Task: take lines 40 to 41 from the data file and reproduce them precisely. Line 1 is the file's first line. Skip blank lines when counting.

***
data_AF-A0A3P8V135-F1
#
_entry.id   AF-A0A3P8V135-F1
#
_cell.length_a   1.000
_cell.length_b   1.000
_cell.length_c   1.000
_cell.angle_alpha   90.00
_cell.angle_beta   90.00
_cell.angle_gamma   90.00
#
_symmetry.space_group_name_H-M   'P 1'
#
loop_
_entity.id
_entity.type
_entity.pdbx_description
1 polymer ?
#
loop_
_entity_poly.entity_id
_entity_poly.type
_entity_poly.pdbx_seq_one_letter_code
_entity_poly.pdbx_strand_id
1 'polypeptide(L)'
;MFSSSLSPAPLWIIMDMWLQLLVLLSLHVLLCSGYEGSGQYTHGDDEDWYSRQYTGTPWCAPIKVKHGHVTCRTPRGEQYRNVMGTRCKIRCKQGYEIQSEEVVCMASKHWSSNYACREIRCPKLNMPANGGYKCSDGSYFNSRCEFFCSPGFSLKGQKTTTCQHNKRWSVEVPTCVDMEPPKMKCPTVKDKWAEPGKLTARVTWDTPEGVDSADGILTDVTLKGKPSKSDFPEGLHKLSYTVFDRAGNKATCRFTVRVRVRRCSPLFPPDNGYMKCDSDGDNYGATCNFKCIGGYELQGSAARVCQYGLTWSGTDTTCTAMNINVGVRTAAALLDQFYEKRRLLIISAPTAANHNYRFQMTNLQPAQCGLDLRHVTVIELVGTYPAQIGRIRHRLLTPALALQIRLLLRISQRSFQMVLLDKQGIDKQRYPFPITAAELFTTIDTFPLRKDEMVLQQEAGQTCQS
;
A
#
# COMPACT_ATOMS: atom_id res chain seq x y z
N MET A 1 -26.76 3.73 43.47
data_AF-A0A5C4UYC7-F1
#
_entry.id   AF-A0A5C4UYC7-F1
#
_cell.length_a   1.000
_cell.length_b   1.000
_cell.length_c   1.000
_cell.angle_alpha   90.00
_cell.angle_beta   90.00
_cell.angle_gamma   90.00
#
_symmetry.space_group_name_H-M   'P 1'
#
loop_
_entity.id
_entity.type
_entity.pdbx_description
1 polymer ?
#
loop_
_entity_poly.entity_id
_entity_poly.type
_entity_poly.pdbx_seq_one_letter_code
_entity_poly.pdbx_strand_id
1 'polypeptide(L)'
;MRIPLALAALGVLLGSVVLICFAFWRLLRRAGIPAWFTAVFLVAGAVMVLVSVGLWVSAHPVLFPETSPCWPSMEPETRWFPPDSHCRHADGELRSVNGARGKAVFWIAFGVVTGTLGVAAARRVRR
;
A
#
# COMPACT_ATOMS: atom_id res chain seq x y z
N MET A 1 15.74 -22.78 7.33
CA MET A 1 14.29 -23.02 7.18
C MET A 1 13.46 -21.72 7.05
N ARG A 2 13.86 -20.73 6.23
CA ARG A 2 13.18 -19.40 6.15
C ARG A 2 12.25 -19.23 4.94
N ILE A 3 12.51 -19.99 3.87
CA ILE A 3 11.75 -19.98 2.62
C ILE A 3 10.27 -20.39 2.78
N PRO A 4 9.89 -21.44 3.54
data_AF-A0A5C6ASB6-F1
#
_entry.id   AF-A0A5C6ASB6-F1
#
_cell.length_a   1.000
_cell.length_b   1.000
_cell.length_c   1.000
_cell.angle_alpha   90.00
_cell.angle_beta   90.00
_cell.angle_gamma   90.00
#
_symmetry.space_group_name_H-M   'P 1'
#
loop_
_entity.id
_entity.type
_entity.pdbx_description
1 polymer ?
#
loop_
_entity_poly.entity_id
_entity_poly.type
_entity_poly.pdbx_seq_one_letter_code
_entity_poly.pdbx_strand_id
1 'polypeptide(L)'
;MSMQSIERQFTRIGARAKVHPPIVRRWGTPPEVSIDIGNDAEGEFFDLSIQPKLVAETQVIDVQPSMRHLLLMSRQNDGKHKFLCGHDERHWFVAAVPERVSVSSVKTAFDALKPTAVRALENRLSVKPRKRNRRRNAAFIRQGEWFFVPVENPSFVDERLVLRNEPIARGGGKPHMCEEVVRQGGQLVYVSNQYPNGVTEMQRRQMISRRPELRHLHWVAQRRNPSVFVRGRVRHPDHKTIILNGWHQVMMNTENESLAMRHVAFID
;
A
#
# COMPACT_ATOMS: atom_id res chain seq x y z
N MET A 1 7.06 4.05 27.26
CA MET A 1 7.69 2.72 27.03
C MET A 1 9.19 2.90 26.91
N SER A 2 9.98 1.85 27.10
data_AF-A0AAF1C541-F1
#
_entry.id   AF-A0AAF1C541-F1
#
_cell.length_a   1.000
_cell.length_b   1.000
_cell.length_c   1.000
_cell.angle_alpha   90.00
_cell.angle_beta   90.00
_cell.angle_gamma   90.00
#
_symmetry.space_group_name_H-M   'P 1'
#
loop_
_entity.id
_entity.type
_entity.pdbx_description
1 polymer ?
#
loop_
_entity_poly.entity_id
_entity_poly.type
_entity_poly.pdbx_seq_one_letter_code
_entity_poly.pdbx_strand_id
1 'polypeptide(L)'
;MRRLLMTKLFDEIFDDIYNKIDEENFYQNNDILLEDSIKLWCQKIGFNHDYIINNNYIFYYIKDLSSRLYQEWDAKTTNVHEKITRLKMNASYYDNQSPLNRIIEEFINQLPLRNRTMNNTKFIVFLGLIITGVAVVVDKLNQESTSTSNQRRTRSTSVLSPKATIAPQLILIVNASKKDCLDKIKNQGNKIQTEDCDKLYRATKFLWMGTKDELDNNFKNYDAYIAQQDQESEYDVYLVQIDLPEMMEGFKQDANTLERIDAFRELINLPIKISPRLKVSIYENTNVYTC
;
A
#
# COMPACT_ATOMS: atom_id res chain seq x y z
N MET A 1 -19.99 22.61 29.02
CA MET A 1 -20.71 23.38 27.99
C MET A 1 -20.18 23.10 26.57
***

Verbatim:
_cell.angle_beta   90.00
_cell.angle_gamma   90.00